The Planner below is a suggested outline for revision. Students should spend about 45 minutes working on different subjects with a break in between. If they attend an after-school revision class – which they should! – that counts as one of the three sessions. Initially, a student should write subjects into each space – my advice is to begin with and spend more time on the areas they find more challenging.”
Create a timetable that is realistic, but allows you to cover all the topics you require. Students should revise in short bursts with plenty of breaks. A rule of thumb from experimental psychology is that our attention span deteriorates rapidly after 45 minutes of study. Therefore each revision session should terminate after 45 minutes. You should then allow a 15 minute break before the next session begins.
- Set a schedule that allows you to study in blocks. Ideally in the morning after breakfast revise from 10-1 each day (i.e. three 45 minute sessions with breaks). You are then free, and guilt free, to spend the rest of the day as you wish.
- You should use your time in school or college productively; do not waste time during the day so that you have more time to relax in the evenings. Make sure that if you are not studying, your parents are aware that this is scheduled ‘rest’ time. Parents only worry if they think you’re not in control of the situation.
- Count the topics you cover rather than the hours you spend. There are no marks awarded for spending a long time at your desk. It is pointless revising for a long time material that you are comfortable with, whilst ignoring that which you find trickier.
- Do not revise things you already know. Although this can be reassuring, if you know something well, learn something else!
- In your schedule, have at least one day per week when you do not study and do not think about exams. Do something else instead!
- As this period is very close to examinations, it is a good idea to work on past papers first. To test your understanding, begin with trying questions from previous exams on the topic you are working on. If you cannot answer them, use your notes and your books until you can. Never reverse this procedure. At this time of year, it is essential to focus intensely and exclusively on responding to exam-style questions rather than attempting to master a topic to its fullest extent.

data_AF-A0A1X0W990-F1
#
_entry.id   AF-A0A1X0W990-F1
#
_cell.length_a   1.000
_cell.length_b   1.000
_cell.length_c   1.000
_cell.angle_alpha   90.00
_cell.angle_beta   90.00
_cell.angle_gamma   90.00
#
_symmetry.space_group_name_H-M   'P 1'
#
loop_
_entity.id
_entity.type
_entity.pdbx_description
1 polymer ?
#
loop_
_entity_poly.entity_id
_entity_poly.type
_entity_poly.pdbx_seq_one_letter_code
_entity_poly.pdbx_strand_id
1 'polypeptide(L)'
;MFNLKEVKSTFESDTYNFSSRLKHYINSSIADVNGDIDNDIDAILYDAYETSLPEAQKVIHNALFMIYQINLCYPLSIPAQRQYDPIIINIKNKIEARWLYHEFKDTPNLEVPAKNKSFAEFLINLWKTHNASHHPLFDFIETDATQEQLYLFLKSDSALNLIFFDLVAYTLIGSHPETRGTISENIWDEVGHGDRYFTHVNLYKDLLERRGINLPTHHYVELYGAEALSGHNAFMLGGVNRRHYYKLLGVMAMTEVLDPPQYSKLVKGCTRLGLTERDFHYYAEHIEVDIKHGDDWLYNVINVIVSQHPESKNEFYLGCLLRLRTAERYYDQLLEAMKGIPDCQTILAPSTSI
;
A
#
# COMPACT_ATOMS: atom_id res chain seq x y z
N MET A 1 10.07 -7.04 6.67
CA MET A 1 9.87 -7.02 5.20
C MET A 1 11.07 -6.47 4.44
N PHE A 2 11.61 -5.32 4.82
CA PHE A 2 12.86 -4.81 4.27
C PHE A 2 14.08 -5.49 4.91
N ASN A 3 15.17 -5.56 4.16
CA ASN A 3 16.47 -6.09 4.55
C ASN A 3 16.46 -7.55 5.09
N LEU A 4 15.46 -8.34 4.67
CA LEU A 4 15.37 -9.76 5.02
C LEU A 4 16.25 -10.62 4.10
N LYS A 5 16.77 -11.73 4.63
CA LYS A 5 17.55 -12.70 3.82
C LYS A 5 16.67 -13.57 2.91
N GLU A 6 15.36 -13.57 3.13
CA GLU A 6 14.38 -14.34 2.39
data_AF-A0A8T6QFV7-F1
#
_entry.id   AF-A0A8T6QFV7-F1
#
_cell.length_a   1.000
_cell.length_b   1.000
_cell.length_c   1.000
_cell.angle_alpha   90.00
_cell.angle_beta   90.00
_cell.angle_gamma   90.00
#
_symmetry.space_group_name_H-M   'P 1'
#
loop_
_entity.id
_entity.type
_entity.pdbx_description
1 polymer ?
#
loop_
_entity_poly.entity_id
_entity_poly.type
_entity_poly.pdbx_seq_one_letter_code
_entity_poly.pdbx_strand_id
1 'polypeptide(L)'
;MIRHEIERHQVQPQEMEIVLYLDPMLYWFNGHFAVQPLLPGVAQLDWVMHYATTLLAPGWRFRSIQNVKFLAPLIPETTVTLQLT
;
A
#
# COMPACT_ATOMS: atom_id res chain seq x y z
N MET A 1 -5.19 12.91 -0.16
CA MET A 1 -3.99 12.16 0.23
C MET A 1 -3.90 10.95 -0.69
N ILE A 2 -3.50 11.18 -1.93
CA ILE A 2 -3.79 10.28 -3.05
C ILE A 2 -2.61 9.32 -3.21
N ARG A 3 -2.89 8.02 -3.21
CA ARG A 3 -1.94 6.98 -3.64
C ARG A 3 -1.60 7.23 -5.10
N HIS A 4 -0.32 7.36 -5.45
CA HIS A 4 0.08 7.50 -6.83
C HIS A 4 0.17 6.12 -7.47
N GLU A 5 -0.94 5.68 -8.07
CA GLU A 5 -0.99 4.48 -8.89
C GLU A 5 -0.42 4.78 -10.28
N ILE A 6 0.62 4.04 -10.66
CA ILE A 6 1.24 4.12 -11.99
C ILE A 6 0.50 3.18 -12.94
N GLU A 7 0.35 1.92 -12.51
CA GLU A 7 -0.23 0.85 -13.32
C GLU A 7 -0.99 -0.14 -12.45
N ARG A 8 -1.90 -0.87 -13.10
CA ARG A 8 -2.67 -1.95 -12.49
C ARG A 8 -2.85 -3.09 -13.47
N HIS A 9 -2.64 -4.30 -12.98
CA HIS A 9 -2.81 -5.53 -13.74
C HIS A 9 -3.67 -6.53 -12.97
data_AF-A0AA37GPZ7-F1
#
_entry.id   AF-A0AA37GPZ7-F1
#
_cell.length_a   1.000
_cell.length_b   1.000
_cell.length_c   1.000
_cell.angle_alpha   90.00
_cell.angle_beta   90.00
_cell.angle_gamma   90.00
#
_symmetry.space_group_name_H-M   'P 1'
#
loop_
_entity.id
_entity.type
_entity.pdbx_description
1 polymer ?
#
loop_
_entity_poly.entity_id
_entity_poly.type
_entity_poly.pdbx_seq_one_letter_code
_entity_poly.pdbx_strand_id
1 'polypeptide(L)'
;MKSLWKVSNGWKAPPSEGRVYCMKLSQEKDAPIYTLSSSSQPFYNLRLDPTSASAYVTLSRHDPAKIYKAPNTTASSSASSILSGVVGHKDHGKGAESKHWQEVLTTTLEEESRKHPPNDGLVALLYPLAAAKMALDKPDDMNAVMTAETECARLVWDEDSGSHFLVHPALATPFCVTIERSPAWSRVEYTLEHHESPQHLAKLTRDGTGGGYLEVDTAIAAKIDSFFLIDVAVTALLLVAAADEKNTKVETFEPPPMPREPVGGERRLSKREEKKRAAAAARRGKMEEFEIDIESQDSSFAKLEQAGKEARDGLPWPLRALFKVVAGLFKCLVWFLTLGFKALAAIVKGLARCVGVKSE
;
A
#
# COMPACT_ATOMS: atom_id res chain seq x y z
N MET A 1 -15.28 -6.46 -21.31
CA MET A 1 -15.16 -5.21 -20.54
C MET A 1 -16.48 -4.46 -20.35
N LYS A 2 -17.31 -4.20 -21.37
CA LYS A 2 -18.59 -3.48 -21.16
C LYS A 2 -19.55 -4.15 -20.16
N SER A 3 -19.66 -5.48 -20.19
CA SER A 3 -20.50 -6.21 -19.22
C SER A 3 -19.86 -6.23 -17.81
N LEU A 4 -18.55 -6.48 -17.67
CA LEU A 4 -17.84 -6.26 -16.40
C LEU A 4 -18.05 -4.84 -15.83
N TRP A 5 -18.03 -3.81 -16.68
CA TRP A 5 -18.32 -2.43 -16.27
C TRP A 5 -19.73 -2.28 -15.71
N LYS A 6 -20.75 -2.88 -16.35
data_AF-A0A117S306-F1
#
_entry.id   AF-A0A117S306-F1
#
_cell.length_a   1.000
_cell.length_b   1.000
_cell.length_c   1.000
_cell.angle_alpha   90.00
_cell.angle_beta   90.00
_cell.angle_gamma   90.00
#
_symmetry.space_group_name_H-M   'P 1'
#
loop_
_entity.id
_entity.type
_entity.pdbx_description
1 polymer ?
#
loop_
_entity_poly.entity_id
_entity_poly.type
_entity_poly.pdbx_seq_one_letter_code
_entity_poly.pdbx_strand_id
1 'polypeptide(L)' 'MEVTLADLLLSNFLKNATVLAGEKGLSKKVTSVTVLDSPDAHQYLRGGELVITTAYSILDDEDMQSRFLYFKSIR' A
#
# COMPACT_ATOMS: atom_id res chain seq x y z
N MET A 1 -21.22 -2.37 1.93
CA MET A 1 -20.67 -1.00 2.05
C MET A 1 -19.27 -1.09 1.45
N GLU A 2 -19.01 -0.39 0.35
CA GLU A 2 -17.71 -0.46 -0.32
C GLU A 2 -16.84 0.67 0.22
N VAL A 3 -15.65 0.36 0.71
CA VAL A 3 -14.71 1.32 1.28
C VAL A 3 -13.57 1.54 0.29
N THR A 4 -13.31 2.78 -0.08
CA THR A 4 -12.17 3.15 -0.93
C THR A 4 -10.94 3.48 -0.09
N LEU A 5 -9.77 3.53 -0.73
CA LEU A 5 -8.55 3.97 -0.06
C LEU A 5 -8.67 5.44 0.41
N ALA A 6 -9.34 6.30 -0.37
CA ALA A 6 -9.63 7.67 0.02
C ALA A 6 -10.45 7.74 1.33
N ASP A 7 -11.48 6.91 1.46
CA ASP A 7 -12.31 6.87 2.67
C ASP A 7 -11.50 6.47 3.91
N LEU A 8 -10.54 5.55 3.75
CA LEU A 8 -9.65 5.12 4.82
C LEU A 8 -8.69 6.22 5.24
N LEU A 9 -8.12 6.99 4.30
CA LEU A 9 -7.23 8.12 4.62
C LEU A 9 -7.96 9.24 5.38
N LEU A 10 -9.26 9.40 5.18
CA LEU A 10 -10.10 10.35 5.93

- Some people learn well by listening and so dictate their revision to tape or mp3 then listen to it when it suits them. Others prefer to write notes or use mind-maps to summarise ideas. Few people learn through reading alone. It is much more productive to revise actively than to revise passively
- During exam period look after yourself. Do not start a diet or attend late parties or nightclubs. Get plenty of sleep and do not stay up late studying (or doing anything else for that matter). Cut down on the weekend or evening job. Eat well, especially breakfast. Take regular exercise – it helps to get rid of many of the toxins that build up in your body and will help you to sleep and relax.
- If you are stressed – tell someone. This may be a friend, relative or teacher
- There are many helpful revision websites. A particularly good one is www.s-cool.co.uk.
- Do not try to ‘question spot’ no-one can predict what will come up. However do familiarise yourself with past paper questions and practice as many as you can. Use these to test yourself in timed conditions.
- Proper materials. Ensure that your notes are up to date and you have readily available to you copies of A level and GCSE past paper questions and any textbooks you know to be useful.
- Study Groups. Try to form these with friends. Have a list of phone numbers and email addresses so that you can discuss and meet to share problems you find perplexing.
- N.B. The principle behind study groups is simply this: if you have to explain something to someone, you have to understand it first. Try it, it works!